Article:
Black History Month: Q&A with Ashley KingRiverside, Calif. (Feb. 27, 2023) – This week, as we continue to celebrate Black History Month, we spoke with Ashley King, graduate admissions counselor

What does Black History Month mean to you?

Black History Month is a time to celebrate and reflect on the goodness of God in the past, in the present and in anticipation of His goodness in the future.


Why is it important to celebrate the month?

Prior to President Gerald Ford signing Black History Month into law into 1976, Carter G. Woodson, educator and historian, launched Negro History Week in 1926. The weeklong celebration of African Americans laid the foundation of what later became a month of celebration. The objective of Black History Month is aimed at providing a comprehensive platform for celebrating the vast history, culture and accomplishments of Black Americans. To that end, Black History Month should challenge them to do great things in their respective spheres of influence. For the wider majority, Black History Month should result in significantly decreasing racial prejudice.


Which Black leader in history has had the greatest impact on your life and why?

Dr. Kenneth C. Ulmer, a scholar, author and renowned pastor-teacher, is a champion on Biblical racial reconciliation in the church. He points out that God has entrusted the church with the ministry of reconciliation (2 Corinthians 5:18). To that end, Ulmer has inspired me to take seriously the mandate of reconciliation. For as I have been reconciled to God, I have in turn received the ministry of reconciliation.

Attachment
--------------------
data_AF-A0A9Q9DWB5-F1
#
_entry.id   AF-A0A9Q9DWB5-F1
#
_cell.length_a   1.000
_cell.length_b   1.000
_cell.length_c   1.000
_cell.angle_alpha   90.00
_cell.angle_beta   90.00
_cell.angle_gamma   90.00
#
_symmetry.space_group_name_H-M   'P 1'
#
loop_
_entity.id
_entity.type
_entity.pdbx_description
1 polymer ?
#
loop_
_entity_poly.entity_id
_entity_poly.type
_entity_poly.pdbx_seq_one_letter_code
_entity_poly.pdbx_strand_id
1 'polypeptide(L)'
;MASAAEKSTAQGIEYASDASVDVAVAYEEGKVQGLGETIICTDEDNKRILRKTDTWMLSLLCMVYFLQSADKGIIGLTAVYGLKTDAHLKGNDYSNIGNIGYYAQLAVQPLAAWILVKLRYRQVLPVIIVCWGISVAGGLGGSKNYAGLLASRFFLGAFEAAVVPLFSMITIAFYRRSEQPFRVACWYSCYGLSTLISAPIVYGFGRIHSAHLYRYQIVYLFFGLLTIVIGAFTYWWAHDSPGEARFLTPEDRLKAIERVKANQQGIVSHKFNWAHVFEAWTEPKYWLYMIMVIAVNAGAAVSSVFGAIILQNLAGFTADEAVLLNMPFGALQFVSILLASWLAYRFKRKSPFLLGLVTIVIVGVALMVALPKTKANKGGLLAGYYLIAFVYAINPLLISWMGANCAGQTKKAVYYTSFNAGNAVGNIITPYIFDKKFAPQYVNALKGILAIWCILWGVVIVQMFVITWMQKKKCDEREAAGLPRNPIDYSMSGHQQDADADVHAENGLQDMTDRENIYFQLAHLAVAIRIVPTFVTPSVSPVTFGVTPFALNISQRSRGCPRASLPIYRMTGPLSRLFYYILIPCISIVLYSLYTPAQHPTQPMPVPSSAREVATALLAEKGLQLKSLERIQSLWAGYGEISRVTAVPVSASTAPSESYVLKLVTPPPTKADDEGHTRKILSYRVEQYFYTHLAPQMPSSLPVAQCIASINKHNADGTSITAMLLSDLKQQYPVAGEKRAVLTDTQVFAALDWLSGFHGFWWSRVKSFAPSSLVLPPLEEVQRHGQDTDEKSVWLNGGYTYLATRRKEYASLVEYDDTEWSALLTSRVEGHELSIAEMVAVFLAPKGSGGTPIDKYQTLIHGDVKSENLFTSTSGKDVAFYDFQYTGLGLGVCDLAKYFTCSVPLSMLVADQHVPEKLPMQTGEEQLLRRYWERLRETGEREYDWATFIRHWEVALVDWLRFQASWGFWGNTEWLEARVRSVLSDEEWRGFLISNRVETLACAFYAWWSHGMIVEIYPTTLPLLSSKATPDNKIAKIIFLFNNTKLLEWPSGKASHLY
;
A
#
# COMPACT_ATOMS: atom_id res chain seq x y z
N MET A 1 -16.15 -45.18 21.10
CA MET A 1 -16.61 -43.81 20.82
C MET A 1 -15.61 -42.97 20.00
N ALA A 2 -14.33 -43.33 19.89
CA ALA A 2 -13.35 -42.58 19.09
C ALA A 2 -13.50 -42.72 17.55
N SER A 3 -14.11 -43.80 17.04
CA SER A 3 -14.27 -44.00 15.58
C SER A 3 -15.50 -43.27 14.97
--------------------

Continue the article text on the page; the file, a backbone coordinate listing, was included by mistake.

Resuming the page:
Why is it important to use Black History Month as a time to reflect on, think about and celebrate Black history and culture?

While Black History Month is a time to celebrate the contributions of all African American leaders, it’s especially vital to praise God for the ministries of Black pastors, preachers and ministers who have served as both spiritual and moral leaders within African American communities. They have been instrumental in providing guidance and facilitating hope during the challenging eras of slavery, segregation and racial discrimination.


Is there anything you’d like to share about your own culture or being a part of the Black community?

In Dr. Martin Luther King Jr.’s “I have a Dream” speech, he shares his vision of Black and white children playing together and not being judged by “the color of their skin” but by the “content of their character.” To that end, it was never King’s dream that ethnicity and culture would be deemed irrelevant (or for people to be colorblind). Instead, it was Dr. King’s hope that ethnicity and culture would not be the reason for discrimination.


Additionally, in Galatians 3:28, the Apostle Paul insists that “There is neither Jew nor Gentile, neither slave nor free, nor is there male and female, for you are all one in Christ.” Paul’s point is that being a Jew does not make one more of an heir to the promises of Christ than being a Gentile. For that reason, being colorblind is not the goal. To not recognize one’s ethnic background and culture is to negate that which God affirms (Psalm 139:14).

Contact CBU Marketing and Communication

Vice President for Marketing and Communication:
Angela Meluski

8432 Magnolia Avenue
Riverside, CA 92504